National Park Spotlight: Dry Tortugas National Park

Dry Tortugas National Park is one of the most remote national parks in the continental United States. It’s so remote, in fact, that in order to access this national park, you’ll need to take a seaplane, chartered boat, or ferry 70 miles west of the Key West.

In this national park spotlight, I want to show you why this tiny, little national park in the middle of the Gulf matters so much and why making the trip is so worth it. Let’s get started with a little history lesson, shall we?

A Brief History of Dry Tortugas National Park

Dry Tortugas National Park was first inhabited by foreign settlers in 1513 when the island was discovered by European explorer Juan Ponce de León. It would be his obsession with feasting on turtle meat that this island got its name.

Each map referenced this chain of islands as “Tortugas” to alert voyagers that there was a food supply on the island. “Dry” would be tacked on the beginning there a short time later to also let them know that the island was completely without fresh water.

Dry Tortugas would remain a safe harbor for Spanish sailors until it was acquired by the United States in 1822 via the Louisiana Purchase (if you can believe that). Almost immediately after, Fort Jefferson was in the works.

16 million bricks loaded and unloaded by hand and nearly 200 years later and the Fort is still under construction. Regardless, it’s still considered the safest and most fortified military bases in United States History.

As for the National Park, its foundation wouldn’t come for more than 100 years after construction of the Fort began. First, just Fort Jefferson was declared a preserved national monument until the park was drastically expanded to include more than 70 square miles of ocean in the early 1980s.

Today, more than 95% of this national park is submerged by the waters of the Gulf and is home to many different animal species including a wide variety of birds like the masked booby and the brown pelican.

What to See & Do at Dry Tortugas National Park

  • Snorkel — Dry Tortugas National Park is located along the third largest coral reef system on the planet. While it’s very beautiful and abundant, it has also caused quite a few shipwrecks that can also be explored while you’re snorkeling around the island.
  • Walk Around Fort Jefferson — You can either take a tour or do a self-guided tour around the Fort. Either way, make a point to visit all three levels of the fort including the historical interior grounds, the middle-level archways, and the scenic roof top level. There are no guardrails so proceed with extreme caution.
  • Lay on the Beach — There are two beautiful beaches on the island–the north beach and the south beach. Both offer shallow and calm swimming areas and plenty of open sand to spread your towel out on. Kick back, relax, and take in the sun.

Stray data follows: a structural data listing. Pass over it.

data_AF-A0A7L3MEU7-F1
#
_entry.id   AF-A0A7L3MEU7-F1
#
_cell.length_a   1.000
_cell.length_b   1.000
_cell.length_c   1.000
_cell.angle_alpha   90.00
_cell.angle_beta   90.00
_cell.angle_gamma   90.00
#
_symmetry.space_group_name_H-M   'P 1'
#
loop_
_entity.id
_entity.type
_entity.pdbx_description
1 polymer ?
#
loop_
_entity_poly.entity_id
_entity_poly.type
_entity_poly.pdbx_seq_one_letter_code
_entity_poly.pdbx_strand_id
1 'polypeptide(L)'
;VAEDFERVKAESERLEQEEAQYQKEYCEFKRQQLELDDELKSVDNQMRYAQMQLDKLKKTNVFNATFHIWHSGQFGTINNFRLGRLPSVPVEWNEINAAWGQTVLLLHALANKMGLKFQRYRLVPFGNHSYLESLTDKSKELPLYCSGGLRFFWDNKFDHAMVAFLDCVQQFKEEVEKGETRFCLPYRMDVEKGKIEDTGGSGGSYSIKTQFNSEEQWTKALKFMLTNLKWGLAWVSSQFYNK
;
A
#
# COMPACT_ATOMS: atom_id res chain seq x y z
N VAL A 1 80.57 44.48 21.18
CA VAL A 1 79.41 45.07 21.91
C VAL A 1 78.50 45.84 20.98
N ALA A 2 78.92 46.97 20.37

• Do Some Bird Watching — With so many different birds nesting year-round on Bush Key, Dry Tortugas National Park is one of the most popular destinations for birding. Take along a pair of binoculars and your bird identification book, and you’ll be able to spend hours exploring the nearly 300 bird species that call this island home.
  • Take in an Incredible Amount of Stars — There’s primitive camping available on the island and there’s no better place to see stars than on a remote island 70 miles away from civilization.

Important Tips for Visiting Dry Tortugas National Park

One of the most unique parts about this national park is its utter remoteness meaning there’s literally nothing directly adjacent to it except for Bush Key which is a tiny undeveloped island that sometimes connects to Dry Tortugas via a sandbar depending on the tides. (You can actually stroll over there during your visit if the tide is low!)

With that being said, you’re on your own in terms of eating and drinking while at the park. You’ll need to pack in your food and water for the day as there is unsurprisingly nowhere to buy snacks or meals on this tiny island. Then, you’ll either need to use the garbage cans around the fort and visitor center or pack out your garbage. (A clean island is a happy island).

Now, before you get your picnic basket out, hear me out–take the ferry. There are several different ways to get to Dry Tortugas including seaplanes, third-party tour-guide-led charter boats, and the Dry Tortugas Ferry (officially named the Yankee Freedom III).

However, with the price you pay for the ferry, you get all kinds of perks included like bathrooms, breakfast and lunch, use of complementary snorkeling equipment, entrance fees to the park and the fort, a 45-minute guided tour of the fort, and, best of all… a fully stocked bar that serves up piña coladas on the trip back to Key West. *swoons*

Enjoy Your Time at Dry Tortugas National Park!

Have so much fun exploring Dry Tortugas National Park! It truly is an experience you’ll never forget especially if you forget sunscreen.

Pro tip: don’t forget sunscreen.


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